The woman knows from living with the abusive man that there are no simple answers. Friends say: “He’s mean.” But she knows many ways in which he has been good to her. Friends say: “He treats you that way because he can get away with it. I would never let someone treat me that way.” But she knows that the times when she puts her foot down the most firmly, he responds by becoming his angriest and most intimidating. When she stands up to him, he makes her pay for it—sooner or later. Friends say: “Leave him.” But she knows it won’t be that easy. He will promise to change. He’ll get friends and relatives to feel sorry for him and pressure her to give him another chance. He’ll get severely depressed, causing her to worry whether he’ll be all right. And, depending on what style of abuser he is, she may know that he will become dangerous when she tries to leave him. She may even be concerned that he will try to take her children away from her, as some abusers do.
Now let's move on to the subject of how a real man treats his wife. A real man doesn't slap even a ten-dollar hooker around, if he's got any self respect, much less hurt his own woman. Much less ten times over the mother of his kids. A real man busts his ass to feed his family, fights for them if he has to, dies for them if he has to. And he treats his wife with respect every day of his life, treats her like a queen - the queen of the home she makes for their children.
One of the obstacles to recognizing chronic mistreatment in relationships is that most abusive men simply don’t seem like abusers. They have many good qualities, including times of kindness, warmth, and humor, especially in the early period of a relationship. An abuser’s friends may think the world of him. He may have a successful work life and have no problems with drugs or alcohol. He may simply not fit anyone’s image of a cruel or intimidating person. So when a woman feels her relationship spinning out of control, it is unlikely to occur to her that her partner is an abuser.
I am living in hell from one day to the next. But there is nothing I can do to escape. I don't know where I would go if I did. I feel utterly powerless, and that feeling is my prision. I entered of my own free will, I locked the door, and I threw away the key.
IN ONE IMPORTANT WAY, an abusive man works like a magician: His tricks largely rely on getting you to look off in the wrong direction, distracting your attention so that you won’t notice where the real action is. He draws you into focusing on the turbulent world of his feelings to keep your eyes turned away from the true cause of his abusiveness, which lies in how he thinks. He leads you into a convoluted maze, making your relationship with him a labyrinth of twists and turns. He wants you to puzzle over him, to try to figure him out, as though he were a wonderful but broken machine for which you need only to find and fix the malfunctioning parts to bring it roaring to its full potential. His desire, though he may not admit it even to himself, is that you wrack your brain in this way so that you won’t notice the patterns and logic of his behavior, the consciousness behind the craziness.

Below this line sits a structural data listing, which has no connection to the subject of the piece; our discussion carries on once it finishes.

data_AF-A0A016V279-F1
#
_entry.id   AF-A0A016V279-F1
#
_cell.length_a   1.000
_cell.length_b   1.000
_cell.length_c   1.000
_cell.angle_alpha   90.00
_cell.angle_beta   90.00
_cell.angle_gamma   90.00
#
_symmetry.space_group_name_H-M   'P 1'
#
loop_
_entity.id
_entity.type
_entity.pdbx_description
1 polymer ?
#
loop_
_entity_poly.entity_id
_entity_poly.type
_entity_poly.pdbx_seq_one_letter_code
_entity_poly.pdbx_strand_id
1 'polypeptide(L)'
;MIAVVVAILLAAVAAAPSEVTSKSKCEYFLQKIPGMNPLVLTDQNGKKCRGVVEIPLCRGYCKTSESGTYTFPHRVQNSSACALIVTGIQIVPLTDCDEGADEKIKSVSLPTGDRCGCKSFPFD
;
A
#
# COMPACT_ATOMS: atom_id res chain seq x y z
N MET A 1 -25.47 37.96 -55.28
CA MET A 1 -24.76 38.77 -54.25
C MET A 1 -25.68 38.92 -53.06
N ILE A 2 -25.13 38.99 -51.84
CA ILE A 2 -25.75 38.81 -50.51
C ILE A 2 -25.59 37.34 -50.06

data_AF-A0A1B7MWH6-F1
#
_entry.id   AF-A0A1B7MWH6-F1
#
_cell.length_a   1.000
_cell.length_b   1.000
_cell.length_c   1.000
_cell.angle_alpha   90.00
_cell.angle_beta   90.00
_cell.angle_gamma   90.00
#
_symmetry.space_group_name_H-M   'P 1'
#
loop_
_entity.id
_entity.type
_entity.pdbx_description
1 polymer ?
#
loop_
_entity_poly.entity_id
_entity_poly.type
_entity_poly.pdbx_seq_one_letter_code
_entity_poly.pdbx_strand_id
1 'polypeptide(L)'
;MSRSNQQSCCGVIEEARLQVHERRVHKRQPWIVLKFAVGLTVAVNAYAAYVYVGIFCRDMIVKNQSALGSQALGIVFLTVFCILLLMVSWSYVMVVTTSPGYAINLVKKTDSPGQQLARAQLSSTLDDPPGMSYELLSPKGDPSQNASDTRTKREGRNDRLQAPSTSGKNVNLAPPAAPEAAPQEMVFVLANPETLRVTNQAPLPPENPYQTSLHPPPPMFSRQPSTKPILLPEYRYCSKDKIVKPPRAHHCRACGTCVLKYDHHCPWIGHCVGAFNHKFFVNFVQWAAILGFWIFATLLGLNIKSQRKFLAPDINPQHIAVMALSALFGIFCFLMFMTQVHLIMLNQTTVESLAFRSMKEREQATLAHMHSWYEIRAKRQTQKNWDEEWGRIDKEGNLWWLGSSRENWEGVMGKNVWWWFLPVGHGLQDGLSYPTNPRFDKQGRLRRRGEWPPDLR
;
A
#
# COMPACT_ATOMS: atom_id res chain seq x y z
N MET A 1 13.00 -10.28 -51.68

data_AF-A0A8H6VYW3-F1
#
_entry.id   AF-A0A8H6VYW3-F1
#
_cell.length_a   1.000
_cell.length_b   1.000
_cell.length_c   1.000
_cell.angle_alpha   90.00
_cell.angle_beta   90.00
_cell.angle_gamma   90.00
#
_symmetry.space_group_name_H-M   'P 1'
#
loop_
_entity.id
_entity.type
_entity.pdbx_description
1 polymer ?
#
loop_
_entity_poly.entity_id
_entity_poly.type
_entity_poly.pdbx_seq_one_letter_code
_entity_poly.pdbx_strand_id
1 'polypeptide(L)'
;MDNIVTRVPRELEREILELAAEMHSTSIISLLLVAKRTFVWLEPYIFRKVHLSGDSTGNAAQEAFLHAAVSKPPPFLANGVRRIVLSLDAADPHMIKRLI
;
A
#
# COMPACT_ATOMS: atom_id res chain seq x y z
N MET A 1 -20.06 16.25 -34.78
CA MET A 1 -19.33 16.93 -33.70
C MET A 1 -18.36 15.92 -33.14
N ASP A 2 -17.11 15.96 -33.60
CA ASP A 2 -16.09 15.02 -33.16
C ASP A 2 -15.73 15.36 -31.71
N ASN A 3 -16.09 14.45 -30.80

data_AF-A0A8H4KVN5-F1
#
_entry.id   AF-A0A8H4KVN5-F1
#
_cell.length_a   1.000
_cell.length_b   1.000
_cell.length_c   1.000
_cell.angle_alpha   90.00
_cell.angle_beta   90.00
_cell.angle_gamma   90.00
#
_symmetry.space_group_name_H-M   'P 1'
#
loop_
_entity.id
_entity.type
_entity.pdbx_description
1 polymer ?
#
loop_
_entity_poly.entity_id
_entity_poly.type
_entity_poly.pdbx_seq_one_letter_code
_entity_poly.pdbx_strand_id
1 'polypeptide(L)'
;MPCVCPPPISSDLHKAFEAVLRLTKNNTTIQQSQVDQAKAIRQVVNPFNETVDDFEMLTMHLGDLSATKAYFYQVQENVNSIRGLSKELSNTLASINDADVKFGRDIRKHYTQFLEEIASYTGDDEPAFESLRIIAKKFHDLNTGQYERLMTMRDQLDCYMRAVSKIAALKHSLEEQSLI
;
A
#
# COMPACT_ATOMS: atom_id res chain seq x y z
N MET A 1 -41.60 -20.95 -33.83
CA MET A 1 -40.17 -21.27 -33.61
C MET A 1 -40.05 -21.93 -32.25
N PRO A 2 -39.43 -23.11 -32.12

Physical aggression by a man toward his partner is abuse, even if it happens only once. If he raises a fist; punches a hole in the wall; throws things at you; blocks your way; restrains you; grabs, pushes, or pokes you; or threatens to hurt you, that’s physical abuse. He is creating fear and using your need for physical freedom and safety as a way to control you.
It is fine to commiserate with a man about his bad experience with a previous partner, but the instant he uses her as an excuse to mistreat you, stop believing anything he tells you about that relationship and instead recognize it as a sign that he has problems with relating to women.
When a man starts my program, he often says, “I am here because I lose control of myself sometimes. I need to get a better grip.” I always correct him: "Your problem is not that you lose control of yourself, it’s that you take control of your partner. In order to change, you don’t need to gain control over yourself, you need to let go of control of her.